Trump predicts that it is likely that the California courts will rule against him, but then it would be appealed to the Supreme Court, where, he says, the new solid rightist majority would back him.
Congress has over the course of the past century increasingly ceded power to the executive branch of government, which the president heads. One glaring example is that the Constitution says that only Congress can declare war. The last time that was done was in 1941, opening the US entry into the World War II. Since the end of that war, the US has engaged in many wars and still is today, all initiated by presidents, not Congress.
“At key points in American history,” writes Elizabeth Goitein in the current issue of the Atlantic Monthly, “presidents have cited inherent constitutional powers when taking drastic actions that were not authorized — or in some cases, were explicitly prohibited — by Congress. Notorious examples include Franklin D Roosevelt’s internment of US citizens and residents of Japanese descent during World War II and George W Bush’s programs of warrantless wiretapping and torture after the 9/11 terrorist attacks.” Goitein is co-director of the Liberty and National Security Program at the Brennan Center for Justice, acclaimed for its scholarship on the question.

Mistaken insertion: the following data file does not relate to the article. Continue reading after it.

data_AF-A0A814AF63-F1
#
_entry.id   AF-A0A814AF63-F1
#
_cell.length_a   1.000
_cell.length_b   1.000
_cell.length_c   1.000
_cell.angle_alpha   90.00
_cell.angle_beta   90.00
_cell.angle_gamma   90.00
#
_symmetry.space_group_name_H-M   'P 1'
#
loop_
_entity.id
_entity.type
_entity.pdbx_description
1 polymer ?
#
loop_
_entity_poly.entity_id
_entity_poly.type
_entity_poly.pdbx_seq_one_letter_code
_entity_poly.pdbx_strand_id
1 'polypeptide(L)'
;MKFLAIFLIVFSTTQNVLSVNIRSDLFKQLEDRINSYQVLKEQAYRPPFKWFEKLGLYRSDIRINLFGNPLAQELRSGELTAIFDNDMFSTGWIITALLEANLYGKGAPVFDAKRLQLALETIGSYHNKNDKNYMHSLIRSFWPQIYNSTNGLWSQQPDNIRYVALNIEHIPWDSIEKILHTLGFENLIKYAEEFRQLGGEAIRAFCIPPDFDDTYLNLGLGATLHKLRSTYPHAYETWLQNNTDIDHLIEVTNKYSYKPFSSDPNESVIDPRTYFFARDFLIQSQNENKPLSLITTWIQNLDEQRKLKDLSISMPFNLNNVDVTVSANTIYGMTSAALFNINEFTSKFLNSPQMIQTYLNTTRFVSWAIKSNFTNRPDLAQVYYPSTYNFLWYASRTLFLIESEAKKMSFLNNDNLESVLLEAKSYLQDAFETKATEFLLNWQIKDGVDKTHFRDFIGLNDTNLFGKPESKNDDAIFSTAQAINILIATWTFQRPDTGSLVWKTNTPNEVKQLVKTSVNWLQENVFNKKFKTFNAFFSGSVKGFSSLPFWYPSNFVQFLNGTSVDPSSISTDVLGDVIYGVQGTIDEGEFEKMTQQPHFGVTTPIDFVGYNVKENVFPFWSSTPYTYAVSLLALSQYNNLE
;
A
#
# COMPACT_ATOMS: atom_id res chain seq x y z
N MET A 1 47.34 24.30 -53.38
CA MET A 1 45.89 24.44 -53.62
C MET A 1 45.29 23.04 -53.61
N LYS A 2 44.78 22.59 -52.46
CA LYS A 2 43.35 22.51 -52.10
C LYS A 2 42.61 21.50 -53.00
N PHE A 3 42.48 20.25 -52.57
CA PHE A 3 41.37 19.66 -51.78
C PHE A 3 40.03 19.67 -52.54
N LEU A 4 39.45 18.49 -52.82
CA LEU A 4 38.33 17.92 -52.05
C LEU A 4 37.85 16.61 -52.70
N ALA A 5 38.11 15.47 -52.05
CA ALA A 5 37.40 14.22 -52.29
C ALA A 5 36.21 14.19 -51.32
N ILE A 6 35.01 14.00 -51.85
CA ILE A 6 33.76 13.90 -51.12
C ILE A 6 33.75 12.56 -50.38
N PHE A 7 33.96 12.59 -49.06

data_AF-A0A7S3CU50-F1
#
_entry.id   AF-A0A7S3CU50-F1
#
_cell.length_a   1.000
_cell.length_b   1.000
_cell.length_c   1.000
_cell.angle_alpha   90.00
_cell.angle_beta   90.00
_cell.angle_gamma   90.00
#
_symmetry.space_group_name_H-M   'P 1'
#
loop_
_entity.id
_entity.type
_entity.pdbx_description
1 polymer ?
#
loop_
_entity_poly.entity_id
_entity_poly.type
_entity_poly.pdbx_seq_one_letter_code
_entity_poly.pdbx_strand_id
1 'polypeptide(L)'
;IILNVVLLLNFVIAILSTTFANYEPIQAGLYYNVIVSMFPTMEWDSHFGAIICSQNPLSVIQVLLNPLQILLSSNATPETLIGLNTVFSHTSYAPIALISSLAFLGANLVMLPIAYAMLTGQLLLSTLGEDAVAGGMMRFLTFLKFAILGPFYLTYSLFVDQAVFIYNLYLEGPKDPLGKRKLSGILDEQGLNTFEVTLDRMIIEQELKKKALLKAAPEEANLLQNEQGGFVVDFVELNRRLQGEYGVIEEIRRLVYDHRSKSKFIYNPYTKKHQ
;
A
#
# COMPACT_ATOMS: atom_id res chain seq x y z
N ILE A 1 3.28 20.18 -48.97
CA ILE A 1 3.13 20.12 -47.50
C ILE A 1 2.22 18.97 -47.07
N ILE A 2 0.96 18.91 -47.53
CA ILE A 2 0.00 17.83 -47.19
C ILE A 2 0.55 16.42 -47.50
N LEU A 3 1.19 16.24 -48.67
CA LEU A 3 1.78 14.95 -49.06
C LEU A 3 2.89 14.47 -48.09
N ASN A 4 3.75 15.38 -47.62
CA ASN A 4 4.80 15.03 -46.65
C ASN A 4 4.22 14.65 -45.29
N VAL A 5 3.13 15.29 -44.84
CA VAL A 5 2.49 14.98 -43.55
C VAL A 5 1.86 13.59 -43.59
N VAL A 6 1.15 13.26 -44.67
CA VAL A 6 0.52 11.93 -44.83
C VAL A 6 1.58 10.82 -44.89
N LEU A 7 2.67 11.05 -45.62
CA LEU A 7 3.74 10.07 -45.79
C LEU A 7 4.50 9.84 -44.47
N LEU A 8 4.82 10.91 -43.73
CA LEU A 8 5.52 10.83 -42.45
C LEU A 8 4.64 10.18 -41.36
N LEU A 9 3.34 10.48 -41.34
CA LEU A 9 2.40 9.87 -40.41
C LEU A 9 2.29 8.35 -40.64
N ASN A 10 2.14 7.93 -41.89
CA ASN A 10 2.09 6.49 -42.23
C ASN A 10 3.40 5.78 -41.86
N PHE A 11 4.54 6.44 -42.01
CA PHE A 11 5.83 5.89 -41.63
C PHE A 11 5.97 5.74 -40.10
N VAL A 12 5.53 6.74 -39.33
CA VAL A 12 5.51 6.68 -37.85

Trump says that other presidents have declared states of emergency, and he is right about that. Many remain on the books when the situation addressed has passed.